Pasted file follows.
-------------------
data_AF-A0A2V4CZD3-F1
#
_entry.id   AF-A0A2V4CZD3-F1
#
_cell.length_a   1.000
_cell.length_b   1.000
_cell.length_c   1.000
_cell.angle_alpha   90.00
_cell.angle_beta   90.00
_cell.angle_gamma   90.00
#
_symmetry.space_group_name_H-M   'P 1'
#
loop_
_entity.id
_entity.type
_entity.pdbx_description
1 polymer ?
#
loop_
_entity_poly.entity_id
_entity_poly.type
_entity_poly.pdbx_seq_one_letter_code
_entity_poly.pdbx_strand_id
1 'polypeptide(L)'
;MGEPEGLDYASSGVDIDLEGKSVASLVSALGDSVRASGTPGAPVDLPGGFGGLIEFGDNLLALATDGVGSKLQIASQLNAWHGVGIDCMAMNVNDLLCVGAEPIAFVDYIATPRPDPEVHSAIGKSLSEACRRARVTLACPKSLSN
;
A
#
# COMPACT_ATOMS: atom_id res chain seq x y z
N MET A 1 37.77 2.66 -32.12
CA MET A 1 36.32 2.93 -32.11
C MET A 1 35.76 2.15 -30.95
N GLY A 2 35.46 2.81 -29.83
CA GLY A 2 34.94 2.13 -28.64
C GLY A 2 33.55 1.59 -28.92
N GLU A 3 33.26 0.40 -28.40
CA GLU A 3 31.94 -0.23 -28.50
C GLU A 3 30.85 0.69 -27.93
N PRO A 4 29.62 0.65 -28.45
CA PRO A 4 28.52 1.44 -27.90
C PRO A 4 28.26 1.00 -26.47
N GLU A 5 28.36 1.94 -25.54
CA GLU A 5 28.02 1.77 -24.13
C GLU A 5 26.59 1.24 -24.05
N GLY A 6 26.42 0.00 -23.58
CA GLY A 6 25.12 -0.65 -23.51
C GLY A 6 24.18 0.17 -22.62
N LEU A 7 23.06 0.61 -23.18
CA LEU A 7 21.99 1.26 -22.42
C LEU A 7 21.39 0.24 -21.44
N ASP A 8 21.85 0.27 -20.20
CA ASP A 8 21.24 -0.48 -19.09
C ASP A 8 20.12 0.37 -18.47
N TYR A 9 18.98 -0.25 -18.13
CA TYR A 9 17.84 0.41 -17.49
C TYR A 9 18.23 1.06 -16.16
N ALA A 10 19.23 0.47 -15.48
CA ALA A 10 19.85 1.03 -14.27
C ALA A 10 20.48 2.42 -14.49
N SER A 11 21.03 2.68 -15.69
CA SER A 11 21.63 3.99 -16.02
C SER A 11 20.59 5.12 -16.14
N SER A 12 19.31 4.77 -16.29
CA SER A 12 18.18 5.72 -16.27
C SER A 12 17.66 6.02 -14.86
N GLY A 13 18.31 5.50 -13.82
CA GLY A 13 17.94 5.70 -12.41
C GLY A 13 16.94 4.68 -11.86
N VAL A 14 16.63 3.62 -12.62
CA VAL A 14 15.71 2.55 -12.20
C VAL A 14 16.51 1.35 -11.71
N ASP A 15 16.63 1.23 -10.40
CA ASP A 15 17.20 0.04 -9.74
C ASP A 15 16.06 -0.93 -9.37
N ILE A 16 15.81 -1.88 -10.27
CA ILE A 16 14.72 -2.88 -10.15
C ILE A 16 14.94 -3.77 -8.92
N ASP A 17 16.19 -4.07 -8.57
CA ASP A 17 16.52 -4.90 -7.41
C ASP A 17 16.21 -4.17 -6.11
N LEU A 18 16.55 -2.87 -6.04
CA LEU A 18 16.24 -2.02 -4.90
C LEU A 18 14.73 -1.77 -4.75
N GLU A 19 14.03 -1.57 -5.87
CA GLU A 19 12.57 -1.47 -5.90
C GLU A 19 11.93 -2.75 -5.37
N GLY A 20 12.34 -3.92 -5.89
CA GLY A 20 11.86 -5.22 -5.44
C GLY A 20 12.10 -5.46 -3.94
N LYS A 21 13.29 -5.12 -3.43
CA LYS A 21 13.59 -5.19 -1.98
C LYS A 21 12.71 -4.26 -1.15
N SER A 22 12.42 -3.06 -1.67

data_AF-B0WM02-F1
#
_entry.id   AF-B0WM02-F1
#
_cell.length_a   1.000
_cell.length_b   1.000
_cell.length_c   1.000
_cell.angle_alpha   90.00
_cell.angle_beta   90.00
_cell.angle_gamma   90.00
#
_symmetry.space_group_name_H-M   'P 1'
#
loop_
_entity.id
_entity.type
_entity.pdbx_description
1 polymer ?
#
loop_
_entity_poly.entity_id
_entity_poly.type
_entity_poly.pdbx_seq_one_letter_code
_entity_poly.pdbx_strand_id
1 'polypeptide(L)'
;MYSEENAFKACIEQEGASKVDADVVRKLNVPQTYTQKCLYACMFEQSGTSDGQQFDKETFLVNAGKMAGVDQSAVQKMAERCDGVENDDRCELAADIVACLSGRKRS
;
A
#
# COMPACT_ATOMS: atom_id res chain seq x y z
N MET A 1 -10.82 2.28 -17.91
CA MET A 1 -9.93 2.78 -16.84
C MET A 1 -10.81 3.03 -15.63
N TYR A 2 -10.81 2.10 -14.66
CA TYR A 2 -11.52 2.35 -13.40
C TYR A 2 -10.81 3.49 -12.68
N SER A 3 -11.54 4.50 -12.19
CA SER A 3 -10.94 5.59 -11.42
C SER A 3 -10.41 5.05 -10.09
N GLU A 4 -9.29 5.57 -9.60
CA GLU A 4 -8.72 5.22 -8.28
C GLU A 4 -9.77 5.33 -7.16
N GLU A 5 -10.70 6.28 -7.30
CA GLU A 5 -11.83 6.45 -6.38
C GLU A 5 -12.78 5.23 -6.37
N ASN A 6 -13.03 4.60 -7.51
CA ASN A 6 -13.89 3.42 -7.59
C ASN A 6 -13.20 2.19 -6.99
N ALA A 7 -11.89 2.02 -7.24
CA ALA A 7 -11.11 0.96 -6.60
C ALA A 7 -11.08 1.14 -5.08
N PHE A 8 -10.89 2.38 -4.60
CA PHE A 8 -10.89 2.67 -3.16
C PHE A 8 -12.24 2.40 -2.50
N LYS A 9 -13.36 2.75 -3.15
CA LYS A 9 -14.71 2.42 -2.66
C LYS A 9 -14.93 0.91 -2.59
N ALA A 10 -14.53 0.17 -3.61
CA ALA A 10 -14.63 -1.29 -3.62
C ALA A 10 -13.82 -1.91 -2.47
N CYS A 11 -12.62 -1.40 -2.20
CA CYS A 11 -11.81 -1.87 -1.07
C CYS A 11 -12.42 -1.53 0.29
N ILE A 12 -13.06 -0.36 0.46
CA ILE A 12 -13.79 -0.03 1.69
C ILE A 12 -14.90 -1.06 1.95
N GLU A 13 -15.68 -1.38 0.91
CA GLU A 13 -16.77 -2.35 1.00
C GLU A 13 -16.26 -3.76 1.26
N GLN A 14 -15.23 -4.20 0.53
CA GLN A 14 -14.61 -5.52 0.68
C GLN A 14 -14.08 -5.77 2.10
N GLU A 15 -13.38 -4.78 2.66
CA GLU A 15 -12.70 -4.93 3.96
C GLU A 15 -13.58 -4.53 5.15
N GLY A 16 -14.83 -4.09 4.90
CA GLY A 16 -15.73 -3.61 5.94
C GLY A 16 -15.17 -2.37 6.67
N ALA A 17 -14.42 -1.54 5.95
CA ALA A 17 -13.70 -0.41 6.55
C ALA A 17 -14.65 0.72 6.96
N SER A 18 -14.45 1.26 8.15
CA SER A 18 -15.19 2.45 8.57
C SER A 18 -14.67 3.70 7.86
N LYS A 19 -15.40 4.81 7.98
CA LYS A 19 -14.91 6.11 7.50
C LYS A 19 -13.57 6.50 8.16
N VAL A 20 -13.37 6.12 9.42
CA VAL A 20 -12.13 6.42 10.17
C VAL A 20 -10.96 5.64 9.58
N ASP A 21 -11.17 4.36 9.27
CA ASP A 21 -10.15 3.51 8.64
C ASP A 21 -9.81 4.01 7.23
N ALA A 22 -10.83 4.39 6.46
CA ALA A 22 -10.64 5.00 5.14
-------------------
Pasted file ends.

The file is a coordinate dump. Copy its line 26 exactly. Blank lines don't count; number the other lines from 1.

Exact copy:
;MGEPEGLDYASSGVDIDLEGKSVASLVSALGDSVRASGTPGAPVDLPGGFGGLIEFGDNLLALATDGVGSKLQIASQLNAWHGVGIDCMAMNVNDLLCVGAEPIAFVDYIATPRPDPEVHSAIGKSLSEACRRARVTLACPKSLSN